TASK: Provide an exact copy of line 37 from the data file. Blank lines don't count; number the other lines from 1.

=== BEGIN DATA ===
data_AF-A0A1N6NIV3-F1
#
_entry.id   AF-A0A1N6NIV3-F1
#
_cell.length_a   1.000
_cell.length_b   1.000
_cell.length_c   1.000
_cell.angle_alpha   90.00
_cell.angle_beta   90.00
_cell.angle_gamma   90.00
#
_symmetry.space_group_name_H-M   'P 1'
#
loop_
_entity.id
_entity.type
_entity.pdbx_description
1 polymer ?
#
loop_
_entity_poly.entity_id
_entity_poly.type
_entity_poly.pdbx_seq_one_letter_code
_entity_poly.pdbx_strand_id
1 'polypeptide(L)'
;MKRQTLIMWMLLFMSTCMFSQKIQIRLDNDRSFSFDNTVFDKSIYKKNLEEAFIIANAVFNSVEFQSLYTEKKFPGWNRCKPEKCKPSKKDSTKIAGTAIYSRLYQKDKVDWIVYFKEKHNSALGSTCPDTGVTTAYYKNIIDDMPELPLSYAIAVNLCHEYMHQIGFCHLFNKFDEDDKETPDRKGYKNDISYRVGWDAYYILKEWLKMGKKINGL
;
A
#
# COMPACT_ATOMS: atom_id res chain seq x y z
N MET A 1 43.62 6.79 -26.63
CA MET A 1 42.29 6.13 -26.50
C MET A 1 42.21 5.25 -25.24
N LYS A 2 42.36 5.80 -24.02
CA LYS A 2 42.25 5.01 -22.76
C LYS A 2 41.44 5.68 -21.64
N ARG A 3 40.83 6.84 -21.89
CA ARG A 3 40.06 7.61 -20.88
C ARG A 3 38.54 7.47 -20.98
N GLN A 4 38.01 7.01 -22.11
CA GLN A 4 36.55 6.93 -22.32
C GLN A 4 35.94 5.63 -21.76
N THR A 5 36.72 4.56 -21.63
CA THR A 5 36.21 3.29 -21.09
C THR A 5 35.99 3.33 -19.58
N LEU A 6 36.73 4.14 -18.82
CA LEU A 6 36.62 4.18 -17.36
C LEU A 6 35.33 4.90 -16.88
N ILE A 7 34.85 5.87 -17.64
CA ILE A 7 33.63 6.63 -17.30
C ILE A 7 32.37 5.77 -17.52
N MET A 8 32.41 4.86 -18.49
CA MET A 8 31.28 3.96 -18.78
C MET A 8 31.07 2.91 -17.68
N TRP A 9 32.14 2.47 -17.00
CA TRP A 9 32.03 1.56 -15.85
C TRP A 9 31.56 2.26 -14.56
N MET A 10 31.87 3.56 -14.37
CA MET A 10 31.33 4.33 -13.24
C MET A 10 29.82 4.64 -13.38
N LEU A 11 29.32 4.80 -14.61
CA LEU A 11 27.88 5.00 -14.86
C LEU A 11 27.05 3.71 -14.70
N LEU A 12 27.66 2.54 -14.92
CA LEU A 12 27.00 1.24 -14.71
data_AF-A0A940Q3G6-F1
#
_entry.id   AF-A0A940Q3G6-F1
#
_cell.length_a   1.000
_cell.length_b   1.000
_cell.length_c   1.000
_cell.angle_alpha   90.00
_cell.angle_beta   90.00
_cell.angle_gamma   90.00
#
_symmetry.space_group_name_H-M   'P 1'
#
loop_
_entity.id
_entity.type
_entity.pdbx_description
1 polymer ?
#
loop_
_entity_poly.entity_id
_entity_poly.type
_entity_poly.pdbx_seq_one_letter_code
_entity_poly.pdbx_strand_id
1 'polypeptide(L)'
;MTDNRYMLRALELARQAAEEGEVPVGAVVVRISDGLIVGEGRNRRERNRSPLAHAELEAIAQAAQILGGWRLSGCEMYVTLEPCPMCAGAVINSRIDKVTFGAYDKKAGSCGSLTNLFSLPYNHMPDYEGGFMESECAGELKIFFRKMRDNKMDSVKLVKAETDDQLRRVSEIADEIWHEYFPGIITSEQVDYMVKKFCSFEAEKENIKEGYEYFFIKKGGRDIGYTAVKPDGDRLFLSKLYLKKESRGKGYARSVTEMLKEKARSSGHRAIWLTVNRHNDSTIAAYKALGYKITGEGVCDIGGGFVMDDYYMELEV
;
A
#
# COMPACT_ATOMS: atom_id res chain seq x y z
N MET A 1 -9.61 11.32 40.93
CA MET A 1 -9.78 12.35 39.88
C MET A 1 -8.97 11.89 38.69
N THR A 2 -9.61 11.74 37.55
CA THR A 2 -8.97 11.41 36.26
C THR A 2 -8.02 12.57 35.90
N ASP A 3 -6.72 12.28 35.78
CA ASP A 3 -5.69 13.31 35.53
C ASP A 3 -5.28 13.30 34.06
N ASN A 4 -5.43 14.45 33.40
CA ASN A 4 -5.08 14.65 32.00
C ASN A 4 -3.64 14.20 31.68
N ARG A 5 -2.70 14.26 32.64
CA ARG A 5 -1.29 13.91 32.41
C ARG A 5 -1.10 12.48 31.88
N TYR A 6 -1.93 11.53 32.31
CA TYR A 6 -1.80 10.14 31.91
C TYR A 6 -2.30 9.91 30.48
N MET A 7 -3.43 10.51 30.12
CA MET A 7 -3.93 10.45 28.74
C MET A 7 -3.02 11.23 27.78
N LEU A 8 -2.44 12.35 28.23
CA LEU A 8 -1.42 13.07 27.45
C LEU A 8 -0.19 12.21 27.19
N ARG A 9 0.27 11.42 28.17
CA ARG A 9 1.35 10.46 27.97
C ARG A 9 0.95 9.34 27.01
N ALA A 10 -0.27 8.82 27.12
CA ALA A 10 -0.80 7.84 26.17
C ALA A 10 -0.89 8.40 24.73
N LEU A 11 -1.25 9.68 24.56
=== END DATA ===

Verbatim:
N ARG A 3 40.83 6.84 -21.89